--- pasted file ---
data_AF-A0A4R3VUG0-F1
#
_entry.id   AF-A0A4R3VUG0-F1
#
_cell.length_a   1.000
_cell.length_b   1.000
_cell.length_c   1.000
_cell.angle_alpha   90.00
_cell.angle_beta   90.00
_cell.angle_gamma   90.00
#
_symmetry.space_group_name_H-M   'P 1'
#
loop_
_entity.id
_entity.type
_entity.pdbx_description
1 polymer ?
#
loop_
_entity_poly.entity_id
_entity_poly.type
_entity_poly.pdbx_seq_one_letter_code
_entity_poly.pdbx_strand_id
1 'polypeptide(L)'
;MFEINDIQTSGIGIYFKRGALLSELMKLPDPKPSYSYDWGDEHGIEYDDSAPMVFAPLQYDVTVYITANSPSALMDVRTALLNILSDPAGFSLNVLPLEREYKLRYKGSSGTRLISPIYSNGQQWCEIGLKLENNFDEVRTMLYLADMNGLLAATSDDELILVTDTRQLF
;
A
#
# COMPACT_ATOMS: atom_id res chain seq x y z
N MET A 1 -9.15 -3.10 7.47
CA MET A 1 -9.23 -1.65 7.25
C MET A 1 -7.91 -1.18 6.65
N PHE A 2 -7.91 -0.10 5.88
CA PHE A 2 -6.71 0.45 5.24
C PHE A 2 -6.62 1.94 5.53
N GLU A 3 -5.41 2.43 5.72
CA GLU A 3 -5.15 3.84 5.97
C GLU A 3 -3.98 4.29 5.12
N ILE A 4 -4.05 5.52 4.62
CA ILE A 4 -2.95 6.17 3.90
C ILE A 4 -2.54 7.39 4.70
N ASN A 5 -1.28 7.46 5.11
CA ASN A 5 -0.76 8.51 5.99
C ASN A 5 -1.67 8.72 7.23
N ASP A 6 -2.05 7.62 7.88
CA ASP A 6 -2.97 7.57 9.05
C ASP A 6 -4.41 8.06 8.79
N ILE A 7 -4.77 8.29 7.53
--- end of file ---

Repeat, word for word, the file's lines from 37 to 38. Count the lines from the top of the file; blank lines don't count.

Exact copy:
N GLU A 3 -5.41 2.43 5.72
CA GLU A 3 -5.15 3.84 5.97